Club meeting — Connecting with and helping refugee families in Hong Kong

Our Club continued to meet on Zoom due to pandemic conditions and gathering restrictions in Hong Kong. Past President Douglas Hsia, our Club’s Y2K President (RY1999-2000), joined from California. Everyone was pleasantly surprised by his presence and most happy to welcome Douglas back!

The meeting began with the usual report by Club President, but not before Past President WT led a virtual chorus to celebrate Past President Angela’s birthday, in a few days. Thereafter, Douglas was invited to update us about his life in sunny northern California. Now belonging to the Rotary Club of Walnut Grove, Douglas told us that, like us in Hong Kong, the current global pandemic also made physical meeting difficult in California. He also mentioned that he was his Club’s lone representative at the RI Convention in Atlanta – our Club also had one representative that year – but did not remember meeting any Rotarians from Hong Kong. Personally, he found living in Walnut Grove, a designated U.S. Historical District, fascinating. A Chinese-American history buff himself, Douglas explained that Walnut Grove was steeped in Chinese-American history and traditions. Douglas ended his sharing by hoping to visit us in the future, whether physically or via Zoom.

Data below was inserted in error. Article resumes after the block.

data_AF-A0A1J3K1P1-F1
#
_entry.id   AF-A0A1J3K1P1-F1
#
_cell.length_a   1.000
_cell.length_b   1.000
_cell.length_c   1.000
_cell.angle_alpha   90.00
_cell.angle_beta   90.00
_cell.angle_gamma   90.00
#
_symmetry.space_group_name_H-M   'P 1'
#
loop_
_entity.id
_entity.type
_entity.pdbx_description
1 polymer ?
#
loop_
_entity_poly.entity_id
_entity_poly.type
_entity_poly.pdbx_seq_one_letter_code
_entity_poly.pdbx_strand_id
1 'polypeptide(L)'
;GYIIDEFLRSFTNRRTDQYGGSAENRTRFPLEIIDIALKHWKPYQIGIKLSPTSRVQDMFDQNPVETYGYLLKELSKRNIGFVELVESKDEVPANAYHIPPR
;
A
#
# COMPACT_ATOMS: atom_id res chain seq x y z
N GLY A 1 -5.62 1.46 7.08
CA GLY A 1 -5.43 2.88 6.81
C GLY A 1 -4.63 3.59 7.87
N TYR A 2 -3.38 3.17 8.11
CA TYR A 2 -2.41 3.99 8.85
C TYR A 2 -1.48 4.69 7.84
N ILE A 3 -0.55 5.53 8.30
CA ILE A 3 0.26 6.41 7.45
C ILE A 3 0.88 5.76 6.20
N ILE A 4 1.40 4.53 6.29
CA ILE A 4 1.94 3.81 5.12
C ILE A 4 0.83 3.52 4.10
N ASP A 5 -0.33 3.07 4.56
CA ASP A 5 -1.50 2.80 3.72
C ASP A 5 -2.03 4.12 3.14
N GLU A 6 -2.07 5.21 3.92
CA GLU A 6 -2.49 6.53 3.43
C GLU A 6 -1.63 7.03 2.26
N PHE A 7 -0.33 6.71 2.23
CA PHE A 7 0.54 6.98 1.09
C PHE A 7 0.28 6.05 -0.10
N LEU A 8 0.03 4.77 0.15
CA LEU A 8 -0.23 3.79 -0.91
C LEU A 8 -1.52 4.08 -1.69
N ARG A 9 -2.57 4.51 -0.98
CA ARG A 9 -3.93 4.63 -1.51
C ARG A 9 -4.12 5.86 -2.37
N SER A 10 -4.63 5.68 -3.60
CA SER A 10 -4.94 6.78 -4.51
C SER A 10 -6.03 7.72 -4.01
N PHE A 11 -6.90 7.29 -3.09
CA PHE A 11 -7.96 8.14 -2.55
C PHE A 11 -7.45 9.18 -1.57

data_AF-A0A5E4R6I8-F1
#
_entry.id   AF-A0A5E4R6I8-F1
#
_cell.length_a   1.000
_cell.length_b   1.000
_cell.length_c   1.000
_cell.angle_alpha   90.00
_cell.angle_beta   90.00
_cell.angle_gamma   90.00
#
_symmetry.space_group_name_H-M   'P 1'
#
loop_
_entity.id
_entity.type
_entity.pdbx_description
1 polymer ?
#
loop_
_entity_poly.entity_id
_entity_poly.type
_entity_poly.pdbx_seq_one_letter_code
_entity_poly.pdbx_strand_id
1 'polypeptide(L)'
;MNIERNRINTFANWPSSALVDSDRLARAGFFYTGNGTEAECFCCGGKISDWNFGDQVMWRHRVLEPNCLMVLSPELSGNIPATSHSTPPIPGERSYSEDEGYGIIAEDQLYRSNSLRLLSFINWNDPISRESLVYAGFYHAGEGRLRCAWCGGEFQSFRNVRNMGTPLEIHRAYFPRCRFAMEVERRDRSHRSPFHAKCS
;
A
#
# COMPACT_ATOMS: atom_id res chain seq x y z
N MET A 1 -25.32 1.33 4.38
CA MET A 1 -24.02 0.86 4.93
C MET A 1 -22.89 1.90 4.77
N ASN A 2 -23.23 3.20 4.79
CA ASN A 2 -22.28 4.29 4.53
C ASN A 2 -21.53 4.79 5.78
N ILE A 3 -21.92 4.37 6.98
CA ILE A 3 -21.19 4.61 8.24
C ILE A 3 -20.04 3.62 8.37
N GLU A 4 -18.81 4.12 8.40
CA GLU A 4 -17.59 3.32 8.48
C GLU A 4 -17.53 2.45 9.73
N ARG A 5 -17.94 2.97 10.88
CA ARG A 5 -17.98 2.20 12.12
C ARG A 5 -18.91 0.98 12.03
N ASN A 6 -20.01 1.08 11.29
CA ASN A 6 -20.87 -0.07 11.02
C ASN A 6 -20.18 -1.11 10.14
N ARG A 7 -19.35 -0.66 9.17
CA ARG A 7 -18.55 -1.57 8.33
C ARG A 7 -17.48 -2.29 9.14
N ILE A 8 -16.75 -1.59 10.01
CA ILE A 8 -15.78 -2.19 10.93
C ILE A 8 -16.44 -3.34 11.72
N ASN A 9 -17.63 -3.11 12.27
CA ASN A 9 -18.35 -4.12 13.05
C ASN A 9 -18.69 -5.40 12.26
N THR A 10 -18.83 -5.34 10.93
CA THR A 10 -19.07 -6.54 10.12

Next up was Mr. Maurice Yeung, an acoustic engineer with a passion to serve. He is an active member of Society of St Vincent de Paul (“SSVP”), an international voluntary organization focused on visiting and helping the poorest of the poor in our society. Maurice said that SSVP’s main mission is to provide moral, physical and spiritual support to the poor through compassionate, person-to-person contact. Maurice shared with us that, in the past few years, he has built relationships with the ethnic minority refugee population in Hong Kong, one of the most neglected groups in our city. Maurice shared the variety of difficulties faced by these refugees, including the additional baggage due to their ethnicity. Maurice ended his sharing by believing that the best approach to service is via real interpersonal contact and having an open mind to listen, care, and respond.